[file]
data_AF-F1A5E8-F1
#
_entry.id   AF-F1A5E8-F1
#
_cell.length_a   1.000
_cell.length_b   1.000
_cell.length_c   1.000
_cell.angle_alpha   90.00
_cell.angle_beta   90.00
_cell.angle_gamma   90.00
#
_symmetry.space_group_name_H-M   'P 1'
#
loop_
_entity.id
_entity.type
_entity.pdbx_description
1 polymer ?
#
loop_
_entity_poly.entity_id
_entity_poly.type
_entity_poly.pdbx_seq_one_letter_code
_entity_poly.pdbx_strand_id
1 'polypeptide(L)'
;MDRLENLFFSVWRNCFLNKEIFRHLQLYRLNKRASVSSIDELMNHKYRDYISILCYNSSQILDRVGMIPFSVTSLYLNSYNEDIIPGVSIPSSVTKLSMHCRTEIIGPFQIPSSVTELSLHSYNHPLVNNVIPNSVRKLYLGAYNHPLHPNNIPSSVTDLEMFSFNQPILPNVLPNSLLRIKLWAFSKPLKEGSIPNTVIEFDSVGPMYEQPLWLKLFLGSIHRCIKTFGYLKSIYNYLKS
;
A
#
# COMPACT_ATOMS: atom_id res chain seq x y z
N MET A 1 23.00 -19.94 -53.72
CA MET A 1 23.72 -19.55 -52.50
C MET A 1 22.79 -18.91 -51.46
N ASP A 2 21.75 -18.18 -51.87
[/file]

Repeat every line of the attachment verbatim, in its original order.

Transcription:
data_AF-F1A5E8-F1
#
_entry.id   AF-F1A5E8-F1
#
_cell.length_a   1.000
_cell.length_b   1.000
_cell.length_c   1.000
_cell.angle_alpha   90.00
_cell.angle_beta   90.00
_cell.angle_gamma   90.00
#
_symmetry.space_group_name_H-M   'P 1'
#
loop_
_entity.id
_entity.type
_entity.pdbx_description
1 polymer ?
#
loop_
_entity_poly.entity_id
_entity_poly.type
_entity_poly.pdbx_seq_one_letter_code
_entity_poly.pdbx_strand_id
1 'polypeptide(L)'
;MDRLENLFFSVWRNCFLNKEIFRHLQLYRLNKRASVSSIDELMNHKYRDYISILCYNSSQILDRVGMIPFSVTSLYLNSYNEDIIPGVSIPSSVTKLSMHCRTEIIGPFQIPSSVTELSLHSYNHPLVNNVIPNSVRKLYLGAYNHPLHPNNIPSSVTDLEMFSFNQPILPNVLPNSLLRIKLWAFSKPLKEGSIPNTVIEFDSVGPMYEQPLWLKLFLGSIHRCIKTFGYLKSIYNYLKS
;
A
#
# COMPACT_ATOMS: atom_id res chain seq x y z
N MET A 1 23.00 -19.94 -53.72
CA MET A 1 23.72 -19.55 -52.50
C MET A 1 22.79 -18.91 -51.46
N ASP A 2 21.75 -18.18 -51.87